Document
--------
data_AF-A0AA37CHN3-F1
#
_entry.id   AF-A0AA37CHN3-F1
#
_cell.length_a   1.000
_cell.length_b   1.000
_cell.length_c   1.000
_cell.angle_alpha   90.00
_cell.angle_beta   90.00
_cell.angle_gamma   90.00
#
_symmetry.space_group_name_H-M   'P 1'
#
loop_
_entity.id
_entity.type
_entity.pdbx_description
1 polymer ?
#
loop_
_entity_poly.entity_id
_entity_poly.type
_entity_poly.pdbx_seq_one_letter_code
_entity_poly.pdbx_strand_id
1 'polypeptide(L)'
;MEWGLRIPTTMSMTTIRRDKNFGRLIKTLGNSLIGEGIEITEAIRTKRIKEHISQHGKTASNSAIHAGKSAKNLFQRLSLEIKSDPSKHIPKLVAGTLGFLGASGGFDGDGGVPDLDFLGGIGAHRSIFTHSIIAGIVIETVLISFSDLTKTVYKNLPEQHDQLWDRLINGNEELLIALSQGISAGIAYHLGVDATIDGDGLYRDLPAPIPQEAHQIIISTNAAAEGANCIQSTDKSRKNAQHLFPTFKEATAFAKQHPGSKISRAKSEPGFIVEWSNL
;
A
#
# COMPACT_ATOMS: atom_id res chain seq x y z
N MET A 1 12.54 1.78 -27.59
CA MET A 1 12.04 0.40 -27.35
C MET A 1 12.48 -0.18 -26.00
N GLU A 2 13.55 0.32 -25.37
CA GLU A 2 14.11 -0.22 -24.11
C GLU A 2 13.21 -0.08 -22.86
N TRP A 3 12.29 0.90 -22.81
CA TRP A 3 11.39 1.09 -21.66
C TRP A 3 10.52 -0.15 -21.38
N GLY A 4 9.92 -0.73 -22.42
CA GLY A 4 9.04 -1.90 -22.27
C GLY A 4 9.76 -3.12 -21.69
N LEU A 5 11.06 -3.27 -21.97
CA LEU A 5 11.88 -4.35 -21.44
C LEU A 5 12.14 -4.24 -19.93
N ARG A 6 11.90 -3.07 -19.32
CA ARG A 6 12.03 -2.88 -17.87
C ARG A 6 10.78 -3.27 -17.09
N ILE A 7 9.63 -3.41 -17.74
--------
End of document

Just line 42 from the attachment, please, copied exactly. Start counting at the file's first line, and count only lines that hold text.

C GLY A 4 9.76 -3.12 -21.69